A growing number of community bank leaders are finally expressing a willingness to sell.
That long-awaited sea change is evident in a new survey by KPMG, an audit, tax and advisory firm. The findings provide evidence that more deals might be struck in the coming year.
"There has been a lot of discussion about M&A and all of the reasons it could happen," says John Depman, KPMG's national leader of regional and community banking. "Part of the disconnect has been that everyone wanted to be a buyer and there were not enough sellers."
KPMG conducted its survey in October, gathering responses from 105 CEOs and senior executives at banks with $1 billion to $20 billion of assets.
One-fourth of respondents told KPMG that they expect to sell next year, while 40% still plan on being acquirers. Last year, 15% of participants expected to sell within two years; 42% planned to pursue deals.
This year's results indicate that the gap between buyers and sellers is starting to close, Depman says. The changing attitude is the culmination of many factors, industry experts add.
Executives planning for 2014 don't expect substantial improvement in business conditions, says Thomas Rudkin, a principal at FIG Partners. And there is an overall sense of fatigue among executives and directors, says Chip MacDonald, a lawyer at Jones Day.
KPMG found that 85% of bankers believe revenue will increase next year, though most expect revenue to rise by 10% or less.
"People are tired," MacDonald says. Banks are "having a hard time generating sufficient profits in this low interest rate environment. Those are certainly factors that will lead to more consolidation."
Stock prices have increased, giving potential buyers a stronger currency for deals. Improved asset quality is giving potential sellers a chance to command a better price, industry experts say.
Respondents to the KPMG survey said a seller's customer base was the most important criterion for making an offer. Buyers may select a bank with a similar customer profile since they already know how to serve them, Depman says. Still, buyers are also interested in banks that serve other customer groups or offer different products, he says.
In recent years, "we've seen mutual thrifts that convert and want to get away from their traditional residential mortgage base to include commercial loans," Depman says. "That's a different reason to get into M&A."
Rising regulatory costs could strong-arm banks to sell. More than three fourths of respondents said banks must reach $1 billion of assets to stay independent. Nearly a third said regulatory changes and reform are important drivers of deals.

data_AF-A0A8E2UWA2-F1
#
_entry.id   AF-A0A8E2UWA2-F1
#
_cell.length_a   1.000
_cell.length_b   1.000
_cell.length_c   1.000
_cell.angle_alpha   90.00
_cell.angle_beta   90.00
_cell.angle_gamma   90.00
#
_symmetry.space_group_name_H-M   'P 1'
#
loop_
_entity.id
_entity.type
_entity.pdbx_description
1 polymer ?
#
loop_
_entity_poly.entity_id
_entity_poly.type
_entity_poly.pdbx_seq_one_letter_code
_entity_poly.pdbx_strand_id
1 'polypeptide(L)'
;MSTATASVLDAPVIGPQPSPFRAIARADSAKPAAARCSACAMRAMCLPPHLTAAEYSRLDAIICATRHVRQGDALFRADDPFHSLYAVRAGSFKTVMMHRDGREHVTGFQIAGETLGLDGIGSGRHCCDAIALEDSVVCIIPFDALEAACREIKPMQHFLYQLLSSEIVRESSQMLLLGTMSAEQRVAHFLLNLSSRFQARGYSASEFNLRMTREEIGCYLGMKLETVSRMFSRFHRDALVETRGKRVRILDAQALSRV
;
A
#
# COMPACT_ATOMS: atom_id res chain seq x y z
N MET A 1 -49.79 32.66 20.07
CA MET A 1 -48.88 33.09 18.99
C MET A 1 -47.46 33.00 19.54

"Regulatory uncertainty and its burdens and costs are driving the process," Rudkin says. "Bankers are realizing that is only going to increase."
More than a third of executives said 5% to 10% of operating costs are tied to regulatory compliance; 37% said the figure ranges from 11% to 20%. Besides spending dollars on compliance, executives are forced to devote time to this area, says Pam Perdue, chief compliance strategist at Continuity Control. Unfortunately, this could lead to regulation fatigue.
"Some banks are sort of becoming numb to the regulatory response," she says. "If you are in a boxing match, you can only get hit so many times until you don't feel it anymore."
Small banks need to hire more employees to handle regulation and compliance, taking resources away from other areas, says Shaheen Dil, managing director of risk and compliance at Protiviti.
Dil says she recently attended a conference were small bankers frequently discussed the pressures of regulation, stress testing and compliance reporting. There is a trickle-down effect, where regulation originally meant for big institutions is being applied to smaller banks, Dil says.
"Regulators are saying 'You aren't required to do this, however, this is an industry best practice so if you do it, we would be very happy,' " Dil says.
First Sound Bank in Seattle decided to avoid mortgages because of the qualified-mortgage rule, says Patrick Fahey, the $106 million-asset bank's chairman and chief executive. The bank was unlikely to build enough scale to justify the additional risk, he says.
Regardless, First Sound is feeling the pain of more regulation, hiring a compliance consultant and completing an external compliance audit to make sure the bank is "on track," Fahey says.
Still, Fahey likes to take a pragmatic view when it comes to handling regulation. Fahey says he accepts regulation, though he believes small banks have an opportunity to succeed by being responsive to customer needs.
"I don't particularly like the additional regulation, but I don't get fired up about it, either," Fahey says. "This is the business that we're in. We adapt. We can continue to do what we need to do. We can still meet the needs of the customer, but we just have to be more careful about it."
Jackie Stewart is a reporter for American Banker.
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